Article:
It's well worth a read.
Reading it also brought to mind James Lileks' spot-on discourse on the subject of hang-ups:
“Hang-ups,” for you younguns, was one of those pop-psych terms used to describe people whose vestigial molecules of morality keeps them from personally participating in a barnyard orgy, even though they may decline from judging those who do. “Hang-ups” were the watery Freudian version of “problems,” which were called “neuroses” by people too old to smoke pot. There was nothing worse than having a hang-up in those days. Squares had hang-ups. It didn’t matter what you had a hang-up about; the point was getting over your hang-up, because its very existence implied that you were not a free person open to experience.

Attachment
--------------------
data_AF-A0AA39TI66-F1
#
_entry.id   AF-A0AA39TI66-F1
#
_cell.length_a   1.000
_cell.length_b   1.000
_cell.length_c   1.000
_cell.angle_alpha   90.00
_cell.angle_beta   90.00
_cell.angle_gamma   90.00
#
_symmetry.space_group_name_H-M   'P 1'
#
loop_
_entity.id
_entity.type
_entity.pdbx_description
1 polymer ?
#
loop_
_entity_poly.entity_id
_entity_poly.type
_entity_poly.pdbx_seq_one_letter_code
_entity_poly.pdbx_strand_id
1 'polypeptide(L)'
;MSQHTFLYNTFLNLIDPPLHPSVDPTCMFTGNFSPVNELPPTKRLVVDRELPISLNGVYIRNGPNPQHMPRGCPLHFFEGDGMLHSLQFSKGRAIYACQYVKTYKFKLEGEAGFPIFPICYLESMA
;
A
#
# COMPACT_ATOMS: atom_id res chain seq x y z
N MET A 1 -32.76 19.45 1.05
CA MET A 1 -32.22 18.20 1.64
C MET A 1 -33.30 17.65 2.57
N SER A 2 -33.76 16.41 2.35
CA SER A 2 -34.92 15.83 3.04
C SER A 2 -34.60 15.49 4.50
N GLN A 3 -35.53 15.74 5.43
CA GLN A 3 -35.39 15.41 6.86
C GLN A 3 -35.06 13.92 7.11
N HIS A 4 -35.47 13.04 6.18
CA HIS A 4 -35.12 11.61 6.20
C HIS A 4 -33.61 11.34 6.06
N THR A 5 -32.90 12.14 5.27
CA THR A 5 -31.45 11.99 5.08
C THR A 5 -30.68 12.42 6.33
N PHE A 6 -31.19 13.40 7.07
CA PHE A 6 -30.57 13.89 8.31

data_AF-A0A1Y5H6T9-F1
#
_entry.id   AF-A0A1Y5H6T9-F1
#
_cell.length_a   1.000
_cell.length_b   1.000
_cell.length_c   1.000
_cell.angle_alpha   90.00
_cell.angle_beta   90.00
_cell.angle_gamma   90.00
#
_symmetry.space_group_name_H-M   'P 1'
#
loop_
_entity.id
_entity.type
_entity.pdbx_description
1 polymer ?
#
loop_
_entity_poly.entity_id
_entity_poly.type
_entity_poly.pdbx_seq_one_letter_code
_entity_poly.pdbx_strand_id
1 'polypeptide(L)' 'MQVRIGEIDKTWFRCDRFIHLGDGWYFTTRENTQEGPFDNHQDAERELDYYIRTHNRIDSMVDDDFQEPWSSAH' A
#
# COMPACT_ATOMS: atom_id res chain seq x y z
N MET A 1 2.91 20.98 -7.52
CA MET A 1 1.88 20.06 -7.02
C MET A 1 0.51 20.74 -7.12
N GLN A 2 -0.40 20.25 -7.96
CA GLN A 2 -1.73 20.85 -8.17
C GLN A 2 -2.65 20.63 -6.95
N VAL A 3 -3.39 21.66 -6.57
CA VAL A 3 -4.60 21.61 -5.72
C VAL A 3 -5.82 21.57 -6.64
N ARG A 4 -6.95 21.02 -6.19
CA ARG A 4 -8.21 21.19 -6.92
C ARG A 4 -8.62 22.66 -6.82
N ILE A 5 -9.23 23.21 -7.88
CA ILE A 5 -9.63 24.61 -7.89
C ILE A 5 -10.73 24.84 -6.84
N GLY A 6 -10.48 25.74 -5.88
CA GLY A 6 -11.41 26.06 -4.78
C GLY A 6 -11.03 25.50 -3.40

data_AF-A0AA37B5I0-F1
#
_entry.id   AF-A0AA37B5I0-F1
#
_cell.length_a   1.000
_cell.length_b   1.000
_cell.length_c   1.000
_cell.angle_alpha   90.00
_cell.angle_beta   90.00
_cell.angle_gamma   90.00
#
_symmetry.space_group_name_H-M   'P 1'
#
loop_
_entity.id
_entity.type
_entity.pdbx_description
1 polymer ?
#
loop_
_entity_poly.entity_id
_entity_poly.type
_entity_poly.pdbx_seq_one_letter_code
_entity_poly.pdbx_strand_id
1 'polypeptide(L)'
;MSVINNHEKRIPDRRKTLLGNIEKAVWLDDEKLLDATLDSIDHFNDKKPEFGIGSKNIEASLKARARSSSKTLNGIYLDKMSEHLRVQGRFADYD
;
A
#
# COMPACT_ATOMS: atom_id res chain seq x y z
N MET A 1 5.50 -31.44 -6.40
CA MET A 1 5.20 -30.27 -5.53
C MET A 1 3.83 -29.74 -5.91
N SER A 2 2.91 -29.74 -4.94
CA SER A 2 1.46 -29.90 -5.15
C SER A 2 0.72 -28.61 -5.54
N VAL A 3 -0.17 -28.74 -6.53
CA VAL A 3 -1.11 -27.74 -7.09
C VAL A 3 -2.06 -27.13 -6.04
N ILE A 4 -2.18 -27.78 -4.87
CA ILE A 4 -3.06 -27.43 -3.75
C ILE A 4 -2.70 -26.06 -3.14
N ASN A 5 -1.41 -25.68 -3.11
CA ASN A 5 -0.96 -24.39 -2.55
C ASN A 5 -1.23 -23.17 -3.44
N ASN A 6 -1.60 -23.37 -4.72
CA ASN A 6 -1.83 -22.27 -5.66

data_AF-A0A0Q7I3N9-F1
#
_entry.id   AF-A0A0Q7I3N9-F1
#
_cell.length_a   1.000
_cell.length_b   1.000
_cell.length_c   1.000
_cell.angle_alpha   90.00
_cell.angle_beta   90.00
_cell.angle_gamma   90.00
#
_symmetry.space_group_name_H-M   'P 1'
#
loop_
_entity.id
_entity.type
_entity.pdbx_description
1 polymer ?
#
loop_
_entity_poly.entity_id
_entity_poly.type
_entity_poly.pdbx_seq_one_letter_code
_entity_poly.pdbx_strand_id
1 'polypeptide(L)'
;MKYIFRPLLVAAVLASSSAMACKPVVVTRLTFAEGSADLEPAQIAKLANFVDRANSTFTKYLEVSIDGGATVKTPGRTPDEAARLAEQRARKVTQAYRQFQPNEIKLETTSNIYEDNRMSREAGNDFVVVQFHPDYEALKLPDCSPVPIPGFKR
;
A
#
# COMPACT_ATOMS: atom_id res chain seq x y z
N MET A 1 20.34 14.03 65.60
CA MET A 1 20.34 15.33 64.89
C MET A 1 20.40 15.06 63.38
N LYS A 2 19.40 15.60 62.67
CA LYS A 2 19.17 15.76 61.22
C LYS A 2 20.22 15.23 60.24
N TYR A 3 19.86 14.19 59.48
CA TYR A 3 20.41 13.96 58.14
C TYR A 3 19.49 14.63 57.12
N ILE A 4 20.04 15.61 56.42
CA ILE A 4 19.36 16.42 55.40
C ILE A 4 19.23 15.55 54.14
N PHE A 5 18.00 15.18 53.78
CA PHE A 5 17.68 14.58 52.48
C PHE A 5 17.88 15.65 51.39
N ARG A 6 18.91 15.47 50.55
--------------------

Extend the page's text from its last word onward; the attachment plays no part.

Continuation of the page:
I have no idea how this actually worked in the real world, but I suspect the term was used sarcastically as much as it was employed with conviction. Depended on your age. If Young Angry Hip directors made some cheapo groovy movie for American International, the heroine would accuse the hero of having a hang-up, and she’d mean it. If it was a big-studio movie meant to capitalize on the counterculture and explain it for the squares in a nonthreatening way, well, you’d find some middle-aged fellow at a Love-In stammering fractured hip-talk at some blessed-out blonde in a flower-printed miniskirt; she was usually too stoned to notice he was an old dude who was wearing this ruffled shirt entirely by accident, amusing chain of events don’t you know, honestly I’m a respectable married man with a career who has been drawn into your intoxicating demimonde, and she would run a finger down his sternum and coo something about her guru; he’d realize she was bonkers, and utter a riposte that told the audience he was too clever and decent to have sex with her, and then he’d leave. Some mutton-chopped guy with red sunglasses would sidle up and ask the blonde why the guy split the scene, and she’d say “he had hang-ups.” The audience would know what that meant: chick’s an idiot.